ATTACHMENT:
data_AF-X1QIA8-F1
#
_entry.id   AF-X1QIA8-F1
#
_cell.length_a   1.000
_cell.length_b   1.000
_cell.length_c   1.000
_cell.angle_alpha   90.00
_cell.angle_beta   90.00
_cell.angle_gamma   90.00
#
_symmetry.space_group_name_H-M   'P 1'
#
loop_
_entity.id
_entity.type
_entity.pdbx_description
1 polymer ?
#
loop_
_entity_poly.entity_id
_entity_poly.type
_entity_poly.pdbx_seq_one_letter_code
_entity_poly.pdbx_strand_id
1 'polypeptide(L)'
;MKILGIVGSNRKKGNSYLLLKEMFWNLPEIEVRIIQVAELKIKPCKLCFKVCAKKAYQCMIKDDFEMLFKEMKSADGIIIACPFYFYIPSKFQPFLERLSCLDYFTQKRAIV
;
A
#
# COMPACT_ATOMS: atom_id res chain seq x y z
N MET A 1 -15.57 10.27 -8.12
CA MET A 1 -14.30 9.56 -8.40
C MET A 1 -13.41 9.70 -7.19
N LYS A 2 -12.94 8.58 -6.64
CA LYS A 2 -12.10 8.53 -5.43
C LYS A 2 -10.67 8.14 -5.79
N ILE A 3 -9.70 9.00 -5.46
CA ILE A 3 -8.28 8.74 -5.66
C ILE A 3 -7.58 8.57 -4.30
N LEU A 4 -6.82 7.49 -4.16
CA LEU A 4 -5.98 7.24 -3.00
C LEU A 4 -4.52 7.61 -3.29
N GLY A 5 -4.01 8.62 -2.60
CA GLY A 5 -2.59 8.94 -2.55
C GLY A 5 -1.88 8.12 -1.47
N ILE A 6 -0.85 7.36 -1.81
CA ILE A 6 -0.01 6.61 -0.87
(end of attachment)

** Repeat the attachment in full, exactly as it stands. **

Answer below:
data_AF-X1QIA8-F1
#
_entry.id   AF-X1QIA8-F1
#
_cell.length_a   1.000
_cell.length_b   1.000
_cell.length_c   1.000
_cell.angle_alpha   90.00
_cell.angle_beta   90.00
_cell.angle_gamma   90.00
#
_symmetry.space_group_name_H-M   'P 1'
#
loop_
_entity.id
_entity.type
_entity.pdbx_description
1 polymer ?
#
loop_
_entity_poly.entity_id
_entity_poly.type
_entity_poly.pdbx_seq_one_letter_code
_entity_poly.pdbx_strand_id
1 'polypeptide(L)'
;MKILGIVGSNRKKGNSYLLLKEMFWNLPEIEVRIIQVAELKIKPCKLCFKVCAKKAYQCMIKDDFEMLFKEMKSADGIIIACPFYFYIPSKFQPFLERLSCLDYFTQKRAIV
;
A
#
# COMPACT_ATOMS: atom_id res chain seq x y z
N MET A 1 -15.57 10.27 -8.12
CA MET A 1 -14.30 9.56 -8.40
C MET A 1 -13.41 9.70 -7.19
N LYS A 2 -12.94 8.58 -6.64
CA LYS A 2 -12.10 8.53 -5.43
C LYS A 2 -10.67 8.14 -5.79
N ILE A 3 -9.70 9.00 -5.46
CA ILE A 3 -8.28 8.74 -5.66
C ILE A 3 -7.58 8.57 -4.30
N LEU A 4 -6.82 7.49 -4.16
CA LEU A 4 -5.98 7.24 -3.00
C LEU A 4 -4.52 7.61 -3.29
N GLY A 5 -4.01 8.62 -2.60
CA GLY A 5 -2.59 8.94 -2.55
C GLY A 5 -1.88 8.12 -1.47
N ILE A 6 -0.85 7.36 -1.81
CA ILE A 6 -0.01 6.61 -0.87